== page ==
Most employees show up every day wanting to do a good job and value the opportunity to learn things that will help with their performance. Companies who can effectively engage their employees in learning are reaping the benefits. For instance, take a look at websites like Glassdoor, where employers are rated based on the opportunities they provide for learning and development. Data from Glassdoor suggests; “the ability to learn and progress is now the principal driver of a company’s employment brand”. The point is well taken. Millennials, for example, place a high premium on professional development, even higher than their paycheques. In fact, millennials view training and development as a top job benefit. The problem is, many companies are still not delivering training that engages millennials – or any employees, for that matter. Those that do command a huge competitive advantage are more productive, more innovative, and more profitable. This should be a wake-up call to everyone else. Create a better employee experience or risk falling further behind.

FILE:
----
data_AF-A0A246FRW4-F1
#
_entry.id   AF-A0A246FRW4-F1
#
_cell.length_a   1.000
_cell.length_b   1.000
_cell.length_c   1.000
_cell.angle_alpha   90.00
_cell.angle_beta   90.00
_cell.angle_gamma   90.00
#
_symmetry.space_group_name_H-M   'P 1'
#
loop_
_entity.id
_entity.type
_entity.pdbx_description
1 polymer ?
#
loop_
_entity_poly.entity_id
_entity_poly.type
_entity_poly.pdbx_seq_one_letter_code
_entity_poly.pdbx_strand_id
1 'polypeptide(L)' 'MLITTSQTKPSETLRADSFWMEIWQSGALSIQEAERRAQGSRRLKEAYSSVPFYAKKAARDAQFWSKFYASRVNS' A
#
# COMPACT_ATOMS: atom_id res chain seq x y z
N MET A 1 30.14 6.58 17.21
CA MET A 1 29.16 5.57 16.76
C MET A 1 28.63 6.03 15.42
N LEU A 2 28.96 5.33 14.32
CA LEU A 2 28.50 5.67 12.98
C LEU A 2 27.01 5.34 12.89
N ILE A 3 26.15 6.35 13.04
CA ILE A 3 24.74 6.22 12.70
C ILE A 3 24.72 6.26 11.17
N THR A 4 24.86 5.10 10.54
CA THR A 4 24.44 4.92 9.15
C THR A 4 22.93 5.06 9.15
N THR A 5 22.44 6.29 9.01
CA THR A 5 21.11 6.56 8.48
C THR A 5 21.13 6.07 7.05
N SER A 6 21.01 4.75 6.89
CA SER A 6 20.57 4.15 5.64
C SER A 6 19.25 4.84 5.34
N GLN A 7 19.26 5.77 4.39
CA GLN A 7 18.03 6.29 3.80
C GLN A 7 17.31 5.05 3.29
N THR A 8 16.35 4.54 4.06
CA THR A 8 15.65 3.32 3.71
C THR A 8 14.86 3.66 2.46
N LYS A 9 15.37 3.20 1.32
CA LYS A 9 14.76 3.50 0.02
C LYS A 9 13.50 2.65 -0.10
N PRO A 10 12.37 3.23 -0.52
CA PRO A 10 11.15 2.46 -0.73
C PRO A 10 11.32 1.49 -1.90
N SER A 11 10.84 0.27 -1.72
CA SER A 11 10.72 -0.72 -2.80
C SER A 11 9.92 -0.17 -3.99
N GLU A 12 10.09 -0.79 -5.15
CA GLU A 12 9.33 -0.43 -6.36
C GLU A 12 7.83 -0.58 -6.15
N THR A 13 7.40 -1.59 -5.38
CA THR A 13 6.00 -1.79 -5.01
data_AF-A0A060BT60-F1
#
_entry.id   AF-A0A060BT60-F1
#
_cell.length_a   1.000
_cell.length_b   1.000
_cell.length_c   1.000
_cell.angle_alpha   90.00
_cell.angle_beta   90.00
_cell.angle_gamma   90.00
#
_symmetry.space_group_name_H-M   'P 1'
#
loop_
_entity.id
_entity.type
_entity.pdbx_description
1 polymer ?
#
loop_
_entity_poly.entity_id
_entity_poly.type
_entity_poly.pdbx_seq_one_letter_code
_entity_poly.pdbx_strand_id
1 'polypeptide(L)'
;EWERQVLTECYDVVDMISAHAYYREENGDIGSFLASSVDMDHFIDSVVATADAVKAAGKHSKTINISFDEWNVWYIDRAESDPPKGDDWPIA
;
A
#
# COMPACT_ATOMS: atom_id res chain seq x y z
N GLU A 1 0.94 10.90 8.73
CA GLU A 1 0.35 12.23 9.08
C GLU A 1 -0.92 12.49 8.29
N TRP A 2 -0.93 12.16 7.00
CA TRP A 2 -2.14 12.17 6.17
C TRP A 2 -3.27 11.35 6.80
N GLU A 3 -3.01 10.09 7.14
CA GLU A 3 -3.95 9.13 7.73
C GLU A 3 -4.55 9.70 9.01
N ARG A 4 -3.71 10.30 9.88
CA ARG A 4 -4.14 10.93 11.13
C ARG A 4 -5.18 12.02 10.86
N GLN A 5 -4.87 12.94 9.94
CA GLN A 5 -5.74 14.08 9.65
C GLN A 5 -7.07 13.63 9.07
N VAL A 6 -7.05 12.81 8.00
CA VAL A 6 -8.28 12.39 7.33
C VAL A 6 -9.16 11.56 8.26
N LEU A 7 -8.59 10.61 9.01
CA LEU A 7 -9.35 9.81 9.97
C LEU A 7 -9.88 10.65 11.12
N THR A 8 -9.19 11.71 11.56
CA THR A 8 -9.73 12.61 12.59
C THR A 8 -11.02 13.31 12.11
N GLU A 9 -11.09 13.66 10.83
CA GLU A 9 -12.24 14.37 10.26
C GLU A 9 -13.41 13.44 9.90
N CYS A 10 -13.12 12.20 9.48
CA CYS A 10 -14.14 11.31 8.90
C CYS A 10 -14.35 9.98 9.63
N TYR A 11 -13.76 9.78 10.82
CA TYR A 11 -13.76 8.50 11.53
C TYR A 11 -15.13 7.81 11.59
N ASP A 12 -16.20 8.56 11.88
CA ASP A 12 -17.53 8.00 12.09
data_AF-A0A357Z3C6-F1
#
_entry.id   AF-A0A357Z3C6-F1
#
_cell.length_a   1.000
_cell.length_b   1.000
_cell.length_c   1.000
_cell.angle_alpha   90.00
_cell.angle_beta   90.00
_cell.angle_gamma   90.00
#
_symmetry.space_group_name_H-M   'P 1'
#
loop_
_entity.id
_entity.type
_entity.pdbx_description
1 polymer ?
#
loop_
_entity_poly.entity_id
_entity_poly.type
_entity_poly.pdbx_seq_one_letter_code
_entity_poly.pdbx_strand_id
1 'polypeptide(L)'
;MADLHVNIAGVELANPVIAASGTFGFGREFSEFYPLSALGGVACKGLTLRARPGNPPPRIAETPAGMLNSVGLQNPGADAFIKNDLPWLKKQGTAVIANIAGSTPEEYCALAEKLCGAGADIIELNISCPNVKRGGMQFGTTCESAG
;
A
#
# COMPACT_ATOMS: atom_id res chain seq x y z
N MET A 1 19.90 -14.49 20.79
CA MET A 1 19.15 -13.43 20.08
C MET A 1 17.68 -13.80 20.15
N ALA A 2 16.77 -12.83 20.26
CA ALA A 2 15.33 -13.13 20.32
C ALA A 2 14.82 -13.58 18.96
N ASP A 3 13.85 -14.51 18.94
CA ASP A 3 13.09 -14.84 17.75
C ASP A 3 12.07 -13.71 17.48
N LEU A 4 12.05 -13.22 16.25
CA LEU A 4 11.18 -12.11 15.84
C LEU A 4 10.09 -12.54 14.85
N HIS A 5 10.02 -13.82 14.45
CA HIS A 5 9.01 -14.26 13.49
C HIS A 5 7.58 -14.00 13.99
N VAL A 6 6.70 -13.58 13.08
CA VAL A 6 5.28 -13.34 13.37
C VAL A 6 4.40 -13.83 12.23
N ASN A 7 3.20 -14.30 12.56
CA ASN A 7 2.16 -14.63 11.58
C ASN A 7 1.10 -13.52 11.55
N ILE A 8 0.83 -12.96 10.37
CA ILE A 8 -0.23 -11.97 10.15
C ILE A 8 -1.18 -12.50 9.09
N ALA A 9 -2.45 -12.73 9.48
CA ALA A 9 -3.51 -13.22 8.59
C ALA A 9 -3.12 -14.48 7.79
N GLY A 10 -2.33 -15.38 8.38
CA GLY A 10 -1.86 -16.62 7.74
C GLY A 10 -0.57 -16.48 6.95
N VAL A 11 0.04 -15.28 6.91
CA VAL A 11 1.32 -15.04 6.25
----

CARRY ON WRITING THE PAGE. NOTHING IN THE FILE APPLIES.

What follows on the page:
Organisations must make the mindset shift and recognise that people are employees who need to perform, not students who need to be taught. They already know what’s possible through their personal digital experiences. Employees need support in the moment, and they want relevant knowledge that’s geared to their specific needs, skills, and experiences. The good news is, new tools already exist that can take the ‘boring’ out of learning, get people excited to participate, apply new methods to make knowledge and behaviors stick, and enable you to measure the impact of learning against actual business outcomes. Modern companies are evolving their learning through a 24/7 approach that leverages new training tools and is convenient to access on a break or during the commute to work. These companies fit learning into the workflow, in short segments that are delivered daily, in five minutes or less, and are accessible on any device. Gamification techniques are being used to harness natural motivations, make learning fun and help tune out the inevitable distractions. The result? Employees are no longer passive recipients of learning, they are active participants and directors of their own learning journey. Making learning appealing isn’t enough. You also need to know if your employees will retain this knowledge and if performance and behavior improvements will be sustained over the long-term. To ensure this, modern companies are building learning with a purpose that starts with business outcomes and focuses on the behaviours that will achieve those outcomes. They’re also boosting knowledge retention over time by using brain science techniques and adjusting learning in real-time using adaptive algorithms and behavior observations. The result is that learners are both learning and retaining the knowledge they need, and more importantly, they’re using it.